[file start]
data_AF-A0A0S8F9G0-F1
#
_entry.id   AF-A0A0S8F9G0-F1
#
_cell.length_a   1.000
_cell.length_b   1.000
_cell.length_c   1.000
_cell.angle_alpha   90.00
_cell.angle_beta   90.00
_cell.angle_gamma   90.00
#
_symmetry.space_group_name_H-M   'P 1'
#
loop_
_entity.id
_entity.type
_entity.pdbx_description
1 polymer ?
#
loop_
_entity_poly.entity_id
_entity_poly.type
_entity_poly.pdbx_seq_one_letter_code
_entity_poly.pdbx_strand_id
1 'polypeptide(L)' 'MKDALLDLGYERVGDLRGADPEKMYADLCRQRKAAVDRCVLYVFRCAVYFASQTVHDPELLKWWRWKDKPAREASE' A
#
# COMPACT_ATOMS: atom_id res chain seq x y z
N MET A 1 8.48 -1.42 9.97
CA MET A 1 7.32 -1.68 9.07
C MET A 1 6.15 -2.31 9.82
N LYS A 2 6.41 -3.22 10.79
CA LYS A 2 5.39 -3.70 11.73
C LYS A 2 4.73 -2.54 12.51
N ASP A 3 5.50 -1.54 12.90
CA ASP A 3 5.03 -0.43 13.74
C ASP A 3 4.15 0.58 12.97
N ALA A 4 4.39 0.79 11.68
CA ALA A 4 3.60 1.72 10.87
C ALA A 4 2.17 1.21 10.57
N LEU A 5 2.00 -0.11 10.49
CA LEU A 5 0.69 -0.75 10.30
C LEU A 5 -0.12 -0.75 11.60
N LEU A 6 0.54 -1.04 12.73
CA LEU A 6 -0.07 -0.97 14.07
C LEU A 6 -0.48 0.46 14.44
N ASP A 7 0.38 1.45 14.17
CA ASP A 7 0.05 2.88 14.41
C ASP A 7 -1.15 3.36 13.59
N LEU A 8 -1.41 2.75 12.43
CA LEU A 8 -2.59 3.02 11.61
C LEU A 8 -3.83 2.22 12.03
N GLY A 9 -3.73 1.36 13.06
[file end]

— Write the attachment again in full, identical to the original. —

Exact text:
data_AF-A0A0S8F9G0-F1
#
_entry.id   AF-A0A0S8F9G0-F1
#
_cell.length_a   1.000
_cell.length_b   1.000
_cell.length_c   1.000
_cell.angle_alpha   90.00
_cell.angle_beta   90.00
_cell.angle_gamma   90.00
#
_symmetry.space_group_name_H-M   'P 1'
#
loop_
_entity.id
_entity.type
_entity.pdbx_description
1 polymer ?
#
loop_
_entity_poly.entity_id
_entity_poly.type
_entity_poly.pdbx_seq_one_letter_code
_entity_poly.pdbx_strand_id
1 'polypeptide(L)' 'MKDALLDLGYERVGDLRGADPEKMYADLCRQRKAAVDRCVLYVFRCAVYFASQTVHDPELLKWWRWKDKPAREASE' A
#
# COMPACT_ATOMS: atom_id res chain seq x y z
N MET A 1 8.48 -1.42 9.97
CA MET A 1 7.32 -1.68 9.07
C MET A 1 6.15 -2.31 9.82
N LYS A 2 6.41 -3.22 10.79
CA LYS A 2 5.39 -3.70 11.73
C LYS A 2 4.73 -2.54 12.51
N ASP A 3 5.50 -1.54 12.90
CA ASP A 3 5.03 -0.43 13.74
C ASP A 3 4.15 0.58 12.97
N ALA A 4 4.39 0.79 11.68
CA ALA A 4 3.60 1.72 10.87
C ALA A 4 2.17 1.21 10.57
N LEU A 5 2.00 -0.11 10.49
CA LEU A 5 0.69 -0.75 10.30
C LEU A 5 -0.12 -0.75 11.60
N LEU A 6 0.54 -1.04 12.73
CA LEU A 6 -0.07 -0.97 14.07
C LEU A 6 -0.48 0.46 14.44
N ASP A 7 0.38 1.45 14.17
CA ASP A 7 0.05 2.88 14.41
C ASP A 7 -1.15 3.36 13.59
N LEU A 8 -1.41 2.75 12.43
CA LEU A 8 -2.59 3.02 11.61
C LEU A 8 -3.83 2.22 12.03
N GLY A 9 -3.73 1.36 13.06